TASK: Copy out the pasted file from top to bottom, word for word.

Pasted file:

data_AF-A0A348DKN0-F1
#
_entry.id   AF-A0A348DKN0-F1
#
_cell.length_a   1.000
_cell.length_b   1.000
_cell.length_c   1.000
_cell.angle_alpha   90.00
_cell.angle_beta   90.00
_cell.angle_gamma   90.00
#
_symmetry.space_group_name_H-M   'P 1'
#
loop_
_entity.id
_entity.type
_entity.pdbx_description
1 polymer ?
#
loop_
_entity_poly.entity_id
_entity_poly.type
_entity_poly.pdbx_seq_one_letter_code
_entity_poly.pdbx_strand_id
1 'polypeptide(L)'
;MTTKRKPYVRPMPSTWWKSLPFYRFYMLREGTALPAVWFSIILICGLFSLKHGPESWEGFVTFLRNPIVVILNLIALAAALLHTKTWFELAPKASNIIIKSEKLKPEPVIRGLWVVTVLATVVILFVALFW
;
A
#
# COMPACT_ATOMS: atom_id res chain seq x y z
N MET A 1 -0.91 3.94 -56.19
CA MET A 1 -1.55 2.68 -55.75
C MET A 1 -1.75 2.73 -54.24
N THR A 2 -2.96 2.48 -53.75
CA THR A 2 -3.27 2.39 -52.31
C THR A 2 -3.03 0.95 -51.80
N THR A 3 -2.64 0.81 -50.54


data_AF-A0A348DKN0-F1
#
_entry.id   AF-A0A348DKN0-F1
#
_cell.length_a   1.000
_cell.length_b   1.000
_cell.length_c   1.000
_cell.angle_alpha   90.00
_cell.angle_beta   90.00
_cell.angle_gamma   90.00
#
_symmetry.space_group_name_H-M   'P 1'
#
loop_
_entity.id
_entity.type
_entity.pdbx_description
1 polymer ?
#
loop_
_entity_poly.entity_id
_entity_poly.type
_entity_poly.pdbx_seq_one_letter_code
_entity_poly.pdbx_strand_id
1 'polypeptide(L)'
;MTTKRKPYVRPMPSTWWKSLPFYRFYMLREGTALPAVWFSIILICGLFSLKHGPESWEGFVTFLRNPIVVILNLIALAAALLHTKTWFELAPKASNIIIKSEKLKPEPVIRGLWVVTVLATVVILFVALFW
;
A
#
# COMPACT_ATOMS: atom_id res chain seq x y z
N MET A 1 -0.91 3.94 -56.19
CA MET A 1 -1.55 2.68 -55.75
C MET A 1 -1.75 2.73 -54.24
N THR A 2 -2.96 2.48 -53.75
CA THR A 2 -3.27 2.39 -52.31
C THR A 2 -3.03 0.95 -51.80
N THR A 3 -2.64 0.81 -50.54